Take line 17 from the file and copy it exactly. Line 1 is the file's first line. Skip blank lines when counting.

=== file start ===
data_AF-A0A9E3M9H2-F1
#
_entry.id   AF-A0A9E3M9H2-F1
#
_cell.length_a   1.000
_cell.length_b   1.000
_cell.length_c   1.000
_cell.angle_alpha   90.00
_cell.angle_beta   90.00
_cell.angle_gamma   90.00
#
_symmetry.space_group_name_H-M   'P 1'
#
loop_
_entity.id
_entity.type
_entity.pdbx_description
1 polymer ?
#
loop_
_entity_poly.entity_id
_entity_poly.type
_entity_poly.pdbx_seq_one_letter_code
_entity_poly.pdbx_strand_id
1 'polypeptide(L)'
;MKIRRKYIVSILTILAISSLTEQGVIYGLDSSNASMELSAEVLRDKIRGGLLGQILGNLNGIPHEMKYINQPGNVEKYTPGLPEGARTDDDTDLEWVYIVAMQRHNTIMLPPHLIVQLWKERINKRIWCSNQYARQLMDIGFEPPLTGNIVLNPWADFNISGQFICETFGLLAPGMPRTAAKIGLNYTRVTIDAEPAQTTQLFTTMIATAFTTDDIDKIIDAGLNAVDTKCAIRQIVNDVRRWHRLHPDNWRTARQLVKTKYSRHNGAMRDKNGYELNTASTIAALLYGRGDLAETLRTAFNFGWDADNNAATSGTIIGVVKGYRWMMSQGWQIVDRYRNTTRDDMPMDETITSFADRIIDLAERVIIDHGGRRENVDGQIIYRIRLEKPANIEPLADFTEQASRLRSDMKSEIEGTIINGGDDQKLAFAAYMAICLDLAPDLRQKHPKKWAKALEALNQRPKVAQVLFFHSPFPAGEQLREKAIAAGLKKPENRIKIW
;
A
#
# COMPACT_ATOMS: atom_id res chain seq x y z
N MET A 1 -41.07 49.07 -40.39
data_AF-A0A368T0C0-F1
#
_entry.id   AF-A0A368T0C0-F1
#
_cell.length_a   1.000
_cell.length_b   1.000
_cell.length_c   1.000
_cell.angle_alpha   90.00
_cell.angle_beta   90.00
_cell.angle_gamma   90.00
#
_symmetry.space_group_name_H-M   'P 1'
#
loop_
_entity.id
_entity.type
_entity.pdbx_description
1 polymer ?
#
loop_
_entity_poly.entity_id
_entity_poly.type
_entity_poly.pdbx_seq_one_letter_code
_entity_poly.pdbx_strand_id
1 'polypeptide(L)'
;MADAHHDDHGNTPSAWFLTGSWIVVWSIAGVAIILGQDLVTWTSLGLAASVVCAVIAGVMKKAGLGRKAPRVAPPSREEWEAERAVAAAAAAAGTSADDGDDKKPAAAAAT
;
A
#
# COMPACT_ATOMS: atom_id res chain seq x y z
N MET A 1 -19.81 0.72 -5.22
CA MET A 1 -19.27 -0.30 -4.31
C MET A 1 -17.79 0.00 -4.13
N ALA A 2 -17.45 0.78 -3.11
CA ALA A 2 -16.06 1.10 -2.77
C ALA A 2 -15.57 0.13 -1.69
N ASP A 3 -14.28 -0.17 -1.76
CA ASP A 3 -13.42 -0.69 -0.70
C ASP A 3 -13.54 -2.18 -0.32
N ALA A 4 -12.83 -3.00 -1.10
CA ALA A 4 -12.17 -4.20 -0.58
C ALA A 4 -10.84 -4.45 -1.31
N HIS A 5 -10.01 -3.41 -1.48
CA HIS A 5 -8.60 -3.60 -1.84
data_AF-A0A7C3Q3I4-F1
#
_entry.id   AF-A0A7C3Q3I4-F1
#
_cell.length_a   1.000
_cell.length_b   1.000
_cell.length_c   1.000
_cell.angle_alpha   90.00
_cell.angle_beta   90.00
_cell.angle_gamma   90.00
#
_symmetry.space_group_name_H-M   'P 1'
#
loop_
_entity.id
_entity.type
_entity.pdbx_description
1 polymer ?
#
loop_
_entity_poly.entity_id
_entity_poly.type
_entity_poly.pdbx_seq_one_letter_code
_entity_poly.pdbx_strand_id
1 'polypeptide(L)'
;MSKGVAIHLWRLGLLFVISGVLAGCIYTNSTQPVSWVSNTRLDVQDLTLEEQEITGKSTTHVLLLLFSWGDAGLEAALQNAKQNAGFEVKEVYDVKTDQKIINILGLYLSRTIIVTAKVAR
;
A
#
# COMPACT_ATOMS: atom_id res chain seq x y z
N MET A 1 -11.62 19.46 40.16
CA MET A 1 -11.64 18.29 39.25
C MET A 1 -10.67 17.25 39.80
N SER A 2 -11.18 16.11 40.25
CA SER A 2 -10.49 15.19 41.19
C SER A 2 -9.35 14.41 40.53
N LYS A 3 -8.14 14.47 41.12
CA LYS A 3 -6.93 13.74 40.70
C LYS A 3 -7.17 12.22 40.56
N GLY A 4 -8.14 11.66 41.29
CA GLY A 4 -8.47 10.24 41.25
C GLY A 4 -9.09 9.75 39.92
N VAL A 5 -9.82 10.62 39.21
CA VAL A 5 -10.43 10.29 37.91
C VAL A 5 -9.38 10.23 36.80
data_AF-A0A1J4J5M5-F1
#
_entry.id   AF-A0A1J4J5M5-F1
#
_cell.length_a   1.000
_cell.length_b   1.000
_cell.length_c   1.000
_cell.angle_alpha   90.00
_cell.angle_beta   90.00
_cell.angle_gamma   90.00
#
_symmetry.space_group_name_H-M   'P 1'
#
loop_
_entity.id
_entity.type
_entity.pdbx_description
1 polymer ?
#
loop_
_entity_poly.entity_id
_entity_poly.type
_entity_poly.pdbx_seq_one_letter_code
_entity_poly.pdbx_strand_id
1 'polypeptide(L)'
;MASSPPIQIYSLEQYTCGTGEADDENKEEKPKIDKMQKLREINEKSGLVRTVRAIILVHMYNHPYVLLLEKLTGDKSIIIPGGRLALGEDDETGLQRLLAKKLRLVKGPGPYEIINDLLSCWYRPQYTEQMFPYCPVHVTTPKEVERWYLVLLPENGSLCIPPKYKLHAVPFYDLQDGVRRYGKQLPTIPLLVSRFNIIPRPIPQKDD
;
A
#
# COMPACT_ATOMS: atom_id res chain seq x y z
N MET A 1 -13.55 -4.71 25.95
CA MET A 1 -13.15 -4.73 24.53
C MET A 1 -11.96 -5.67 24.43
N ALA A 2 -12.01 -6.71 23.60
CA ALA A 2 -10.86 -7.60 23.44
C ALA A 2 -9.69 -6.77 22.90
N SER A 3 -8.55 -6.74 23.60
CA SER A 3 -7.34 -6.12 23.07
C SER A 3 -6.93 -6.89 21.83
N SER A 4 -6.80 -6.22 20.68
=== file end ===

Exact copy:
_entity.pdbx_description